5. Baume & Mercier Riviera Perpetual Calendar
The Baume & Mercier Riviera celebrates its 50th anniversary in 2023. The brand is marking the occasion with several superb new pieces. The best, however, is the 40-mm Riviera Perpetual Calendar in steel.
Not only is the watch a stunner – the perfect size, with the famed integrated bracelet design from 1973 – it’s also available for the attractive price of just €17,000 (approx. $18,500). At that price, there’s no room for doubt that Baume & Mercier is challenging its Swiss colleagues by offering an affordable perpetual calendar movement (Baume & Mercier caliber BM12-1975AC-1, with Dubois-Dépraz 55102). Even so, if it were priced at €40,000, it would still be a beautiful watch with a killer dial and perfect legibility. Bravo!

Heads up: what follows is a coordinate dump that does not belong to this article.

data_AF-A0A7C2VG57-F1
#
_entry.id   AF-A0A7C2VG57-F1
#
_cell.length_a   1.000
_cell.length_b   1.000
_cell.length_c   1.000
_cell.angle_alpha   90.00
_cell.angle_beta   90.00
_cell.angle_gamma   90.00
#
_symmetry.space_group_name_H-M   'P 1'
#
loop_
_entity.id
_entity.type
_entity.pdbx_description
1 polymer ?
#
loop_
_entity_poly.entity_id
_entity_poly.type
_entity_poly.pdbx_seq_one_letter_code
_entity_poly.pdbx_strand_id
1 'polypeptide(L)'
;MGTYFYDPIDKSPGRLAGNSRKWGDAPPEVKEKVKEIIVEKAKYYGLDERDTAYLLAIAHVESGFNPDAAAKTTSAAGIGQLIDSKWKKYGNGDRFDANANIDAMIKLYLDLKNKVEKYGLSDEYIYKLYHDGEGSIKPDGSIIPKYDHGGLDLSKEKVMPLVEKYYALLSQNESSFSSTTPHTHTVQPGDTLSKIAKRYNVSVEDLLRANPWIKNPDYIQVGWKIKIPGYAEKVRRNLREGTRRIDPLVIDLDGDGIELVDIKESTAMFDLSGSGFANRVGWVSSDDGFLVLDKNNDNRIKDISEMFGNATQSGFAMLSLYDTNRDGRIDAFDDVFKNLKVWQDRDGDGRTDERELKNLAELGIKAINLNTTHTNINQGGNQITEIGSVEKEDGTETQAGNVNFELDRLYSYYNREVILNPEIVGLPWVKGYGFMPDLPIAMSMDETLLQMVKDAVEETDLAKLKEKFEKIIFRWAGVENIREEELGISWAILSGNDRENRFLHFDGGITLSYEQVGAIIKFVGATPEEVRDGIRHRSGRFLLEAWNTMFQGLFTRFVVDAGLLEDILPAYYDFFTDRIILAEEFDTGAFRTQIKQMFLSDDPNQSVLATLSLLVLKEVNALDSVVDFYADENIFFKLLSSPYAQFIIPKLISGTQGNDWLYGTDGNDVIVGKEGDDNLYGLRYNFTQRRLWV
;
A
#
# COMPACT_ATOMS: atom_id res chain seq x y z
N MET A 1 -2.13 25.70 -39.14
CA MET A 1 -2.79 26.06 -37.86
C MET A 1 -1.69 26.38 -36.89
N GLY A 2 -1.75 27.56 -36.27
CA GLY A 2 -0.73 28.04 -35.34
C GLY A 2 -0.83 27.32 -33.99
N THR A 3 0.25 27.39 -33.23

5. Cartier Tank Américaine
Cartier has been one of my favorite brands since I was a kid. I’ve owned my fair share of Santos models, the Must de Cartier Tank, and the Tank Classique. Early this year, I purchased a white gold Tank Américaine on Chrono24, from a dealer in France who had had the watch in stock for at least a year. Why it hadn’t sold before is a real mystery to me.
Admittedly, the Tank Américaine is not a Cintrée. But neither is it a Tank Classique. Instead, it’s a wonderful mix of the two. The 1921 Cintrée inspired the Amércaine’s curved profile, while the dial is that of the Tank Classique.
This year, Cartier decided to revamp the Tank Américaine by giving it a slightly smaller diameter and slimmer profile, primarily due to the leaner caliber 1899 MC inside. In contrast to the most recent precious metal version of the Tank Américaine, the new model comes without a central seconds hand or date display.
The result is an ultra-elegant timepiece, not to mention a moderately-priced alternative to the very expensive – and beautiful – Cintrée.